SGRA Kawaraban (Essay) in English

  • XIE Zhihai “The Governmental GoTo Campaign” -GoTo School, rather than GoTo Travel-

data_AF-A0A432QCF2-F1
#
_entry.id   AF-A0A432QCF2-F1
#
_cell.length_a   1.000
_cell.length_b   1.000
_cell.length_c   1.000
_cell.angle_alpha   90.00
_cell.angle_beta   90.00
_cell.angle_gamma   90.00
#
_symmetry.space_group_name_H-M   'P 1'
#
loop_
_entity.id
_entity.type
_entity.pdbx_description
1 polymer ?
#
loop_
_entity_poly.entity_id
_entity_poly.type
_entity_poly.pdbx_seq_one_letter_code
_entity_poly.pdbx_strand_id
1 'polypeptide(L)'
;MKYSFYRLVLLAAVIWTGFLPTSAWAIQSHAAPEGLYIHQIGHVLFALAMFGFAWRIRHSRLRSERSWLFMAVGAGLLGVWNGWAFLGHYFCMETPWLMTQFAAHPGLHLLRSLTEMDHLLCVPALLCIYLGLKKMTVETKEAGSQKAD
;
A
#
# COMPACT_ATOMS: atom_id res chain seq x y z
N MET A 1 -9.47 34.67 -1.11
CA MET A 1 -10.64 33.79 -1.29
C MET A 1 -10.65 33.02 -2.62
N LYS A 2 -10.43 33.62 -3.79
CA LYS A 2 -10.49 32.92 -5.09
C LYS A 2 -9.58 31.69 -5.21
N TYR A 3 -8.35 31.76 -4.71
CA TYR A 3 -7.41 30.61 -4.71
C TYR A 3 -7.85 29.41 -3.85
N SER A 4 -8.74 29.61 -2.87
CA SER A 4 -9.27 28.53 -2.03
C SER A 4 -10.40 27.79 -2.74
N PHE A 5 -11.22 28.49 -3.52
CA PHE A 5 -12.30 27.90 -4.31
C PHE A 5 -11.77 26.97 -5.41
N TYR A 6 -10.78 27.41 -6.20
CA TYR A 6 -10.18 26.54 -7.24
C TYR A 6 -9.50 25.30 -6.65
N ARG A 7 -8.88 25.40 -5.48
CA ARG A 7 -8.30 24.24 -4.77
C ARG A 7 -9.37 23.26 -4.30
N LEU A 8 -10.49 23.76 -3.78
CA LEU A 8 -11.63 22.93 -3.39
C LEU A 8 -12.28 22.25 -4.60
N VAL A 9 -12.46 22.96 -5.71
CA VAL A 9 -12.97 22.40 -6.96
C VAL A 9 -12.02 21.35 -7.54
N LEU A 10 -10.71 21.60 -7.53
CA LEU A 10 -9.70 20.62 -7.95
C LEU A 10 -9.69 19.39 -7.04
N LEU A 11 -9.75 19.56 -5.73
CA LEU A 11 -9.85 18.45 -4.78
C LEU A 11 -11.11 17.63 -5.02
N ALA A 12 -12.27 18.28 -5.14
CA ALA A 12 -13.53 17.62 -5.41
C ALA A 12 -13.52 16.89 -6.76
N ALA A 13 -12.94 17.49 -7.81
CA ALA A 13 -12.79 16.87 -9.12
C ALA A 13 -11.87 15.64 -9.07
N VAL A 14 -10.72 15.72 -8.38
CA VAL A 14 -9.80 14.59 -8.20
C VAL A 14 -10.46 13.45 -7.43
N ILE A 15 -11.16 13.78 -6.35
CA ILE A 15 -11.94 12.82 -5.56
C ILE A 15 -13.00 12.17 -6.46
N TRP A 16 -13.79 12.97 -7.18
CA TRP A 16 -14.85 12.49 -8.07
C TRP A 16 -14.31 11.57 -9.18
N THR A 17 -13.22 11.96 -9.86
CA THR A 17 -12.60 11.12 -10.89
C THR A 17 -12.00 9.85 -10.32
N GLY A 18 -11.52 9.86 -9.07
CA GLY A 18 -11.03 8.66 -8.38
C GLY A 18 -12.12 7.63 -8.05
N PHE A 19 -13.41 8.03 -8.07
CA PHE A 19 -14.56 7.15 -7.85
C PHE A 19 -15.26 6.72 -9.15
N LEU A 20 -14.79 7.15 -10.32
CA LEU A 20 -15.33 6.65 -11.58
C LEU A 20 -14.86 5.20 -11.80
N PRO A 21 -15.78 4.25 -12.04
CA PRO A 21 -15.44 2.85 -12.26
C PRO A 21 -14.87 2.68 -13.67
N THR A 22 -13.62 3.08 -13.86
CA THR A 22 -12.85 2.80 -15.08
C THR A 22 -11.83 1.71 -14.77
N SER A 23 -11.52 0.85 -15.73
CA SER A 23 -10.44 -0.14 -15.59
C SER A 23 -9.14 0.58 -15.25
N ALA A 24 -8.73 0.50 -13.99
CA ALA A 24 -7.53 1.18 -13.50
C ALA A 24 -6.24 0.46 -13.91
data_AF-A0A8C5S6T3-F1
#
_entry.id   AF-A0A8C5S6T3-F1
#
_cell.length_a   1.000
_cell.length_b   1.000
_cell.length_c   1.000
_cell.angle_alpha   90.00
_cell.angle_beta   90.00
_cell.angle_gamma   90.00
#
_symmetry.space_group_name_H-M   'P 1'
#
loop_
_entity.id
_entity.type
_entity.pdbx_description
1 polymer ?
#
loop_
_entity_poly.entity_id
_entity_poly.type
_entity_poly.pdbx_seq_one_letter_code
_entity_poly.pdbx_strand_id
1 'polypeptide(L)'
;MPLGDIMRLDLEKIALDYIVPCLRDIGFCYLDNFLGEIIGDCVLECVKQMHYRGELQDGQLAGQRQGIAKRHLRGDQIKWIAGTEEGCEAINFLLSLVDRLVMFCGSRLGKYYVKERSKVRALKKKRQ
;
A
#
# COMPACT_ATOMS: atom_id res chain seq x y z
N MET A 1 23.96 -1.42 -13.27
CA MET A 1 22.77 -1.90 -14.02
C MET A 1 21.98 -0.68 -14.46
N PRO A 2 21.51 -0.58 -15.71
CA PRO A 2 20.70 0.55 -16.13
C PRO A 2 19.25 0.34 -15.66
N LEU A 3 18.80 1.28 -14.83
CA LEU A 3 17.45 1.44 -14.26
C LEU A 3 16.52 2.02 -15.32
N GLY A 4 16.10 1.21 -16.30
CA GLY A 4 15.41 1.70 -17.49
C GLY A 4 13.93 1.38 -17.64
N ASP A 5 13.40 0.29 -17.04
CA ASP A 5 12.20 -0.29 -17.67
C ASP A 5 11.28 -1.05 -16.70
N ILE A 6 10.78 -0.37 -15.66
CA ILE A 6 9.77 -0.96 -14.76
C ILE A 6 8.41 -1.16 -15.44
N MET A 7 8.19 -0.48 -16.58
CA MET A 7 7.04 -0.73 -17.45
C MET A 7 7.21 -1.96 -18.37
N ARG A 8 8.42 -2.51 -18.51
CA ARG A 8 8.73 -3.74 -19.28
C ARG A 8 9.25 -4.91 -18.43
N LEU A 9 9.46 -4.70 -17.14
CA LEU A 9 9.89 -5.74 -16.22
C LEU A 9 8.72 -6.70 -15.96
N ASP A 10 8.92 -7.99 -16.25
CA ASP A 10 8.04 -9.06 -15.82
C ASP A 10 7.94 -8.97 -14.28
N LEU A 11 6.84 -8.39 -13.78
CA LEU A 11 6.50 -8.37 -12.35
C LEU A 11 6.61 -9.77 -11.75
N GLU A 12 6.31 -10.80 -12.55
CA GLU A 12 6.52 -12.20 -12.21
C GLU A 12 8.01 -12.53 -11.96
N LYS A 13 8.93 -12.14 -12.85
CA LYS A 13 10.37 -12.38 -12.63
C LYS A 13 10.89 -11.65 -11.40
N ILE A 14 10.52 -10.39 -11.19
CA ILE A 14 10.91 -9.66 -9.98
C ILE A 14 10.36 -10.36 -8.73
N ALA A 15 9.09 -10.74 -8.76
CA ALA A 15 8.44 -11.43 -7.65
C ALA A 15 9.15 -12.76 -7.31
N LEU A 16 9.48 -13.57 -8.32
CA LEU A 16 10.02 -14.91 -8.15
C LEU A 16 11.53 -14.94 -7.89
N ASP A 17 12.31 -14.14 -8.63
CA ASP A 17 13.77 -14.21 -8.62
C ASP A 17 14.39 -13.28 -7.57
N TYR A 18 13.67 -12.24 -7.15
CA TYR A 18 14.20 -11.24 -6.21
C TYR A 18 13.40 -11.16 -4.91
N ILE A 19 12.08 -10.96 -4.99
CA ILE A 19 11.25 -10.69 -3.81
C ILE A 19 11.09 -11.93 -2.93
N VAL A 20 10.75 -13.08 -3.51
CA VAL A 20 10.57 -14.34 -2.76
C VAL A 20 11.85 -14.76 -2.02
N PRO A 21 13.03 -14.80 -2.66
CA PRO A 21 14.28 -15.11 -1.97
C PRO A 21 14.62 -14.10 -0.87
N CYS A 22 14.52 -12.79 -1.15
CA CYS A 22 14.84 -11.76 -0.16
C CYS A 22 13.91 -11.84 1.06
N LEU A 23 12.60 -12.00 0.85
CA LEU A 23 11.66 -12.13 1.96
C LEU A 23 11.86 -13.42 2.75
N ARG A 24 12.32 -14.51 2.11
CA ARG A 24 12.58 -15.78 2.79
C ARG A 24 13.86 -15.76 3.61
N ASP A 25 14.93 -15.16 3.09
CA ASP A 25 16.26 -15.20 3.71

I came across a blog which was written by a mother who has a daughter as first year college student. I do not know her, but her tweet weighed heavily on my mind and made me think variously. Her daughter entered college this spring, but she has never passed through college gate. Despite she is in second semester now, she is passing her time as if it is usual to stay home. Amid such circumstance, her mother received a transfer slip for tuition for the second year. She ended her tweets saying that “it’s OK GoTo Travel. But please do something for GoTo School.”  I think this tweet are real cry of parents who have children who cannot go to school and this gives indescribable bitter feeling. I wrote before in “kawaraban” that college must be the place which can offer chances to students no matter what happens. If we compare the present with one year before, I am worried about decrease of their studying time. As to teachers, they require more work than last year to prepare for their teaching and time to upload their lectures. However, it would be meaningless if parents, payers of tuition, and students cannot understand such efforts. Early popularity of on-line classes is welcomed. But there is a limit. President of Waseda University Aiji Tanaka wrote in the Weekly Magazine “Economist” on October 13, 2020 “Society at present want such human resource as tough intellectuals and flexible feelings. Tough intellectuals can learn 70% by on- line. But it will be impossible to learn flexible feeling by on-line.”  Students cannot go to school and lose time not studying are not limited.  Educational circumstances and studying time this year has brought worriedness in educating students, high-school students and students of all over the world. UK magazine “Economist” worried in their issue of July 18, 2020 that children who cannot go to school due to the COVID-19 pandemic are damaged greatly. For example, they warned possibilities of domestic abuses, malnutrition and low mental health. They pointed out how loss of learning opportunities would affect future economy saying that “according to the World Bank, in case the school closes due to the COVID-19 the loss will be 10 trillion Dollars”.  When I read this estimate of the World Bank, I remember the words first in mother’s blog (mentioned above) “GoTo School! rather than GoTo Travel”. It is said that birthrate is declining in Japan. I think the Government must establish sustainable economic policy forecasting future, rather than covering immediate economy. Everybody in Japan now know the words “GoTo Travel” which did not exist in this spring. If so, I hope the Government would establish another policy which can make up for delay of educational chances for students.  Recently, the Ministry of Education announced emergency handout to university students and subvention to universities. For example, the University of Tokyo and Waseda University paid 50 thousand yen and 100 thousand yen per person respectively to students who are in financial difficulties in order to prevent withdrawal from Universities. Of course, it is important to prevent withdrawal from school. But at this moment, opportunities of going to school are decreasing and lessons are done by “on-line”. If we can offer exciting teaching or program and students are satisfied with their selection for their Universities, they will never think of “withdrawal from school”. According to another survey, difference of annual income between University graduates and high school graduates is more than one million yen. Considering such situations, students will leave University because of financial difficulties, it would be necessary to have measures against tolerization for registered absence or giving a chance to return to school.   We must establish such measures speedily and eagerly like “GoTo School”. Severe winter is coming. However COVID-19 will increase or decrease this winter, I hope every student, who are going to school, can get chances of studying before a year 2019 or more.I like to initiate educational fields and will do my best keeping that in mind.  XIE_Zhihai / Associate Professor, Kyoai Gakuen University  SGRA Kawaraban 655 in Japanese (Original)  Translated by Kazuo KawamuraEnglish checked by Sabina Koirala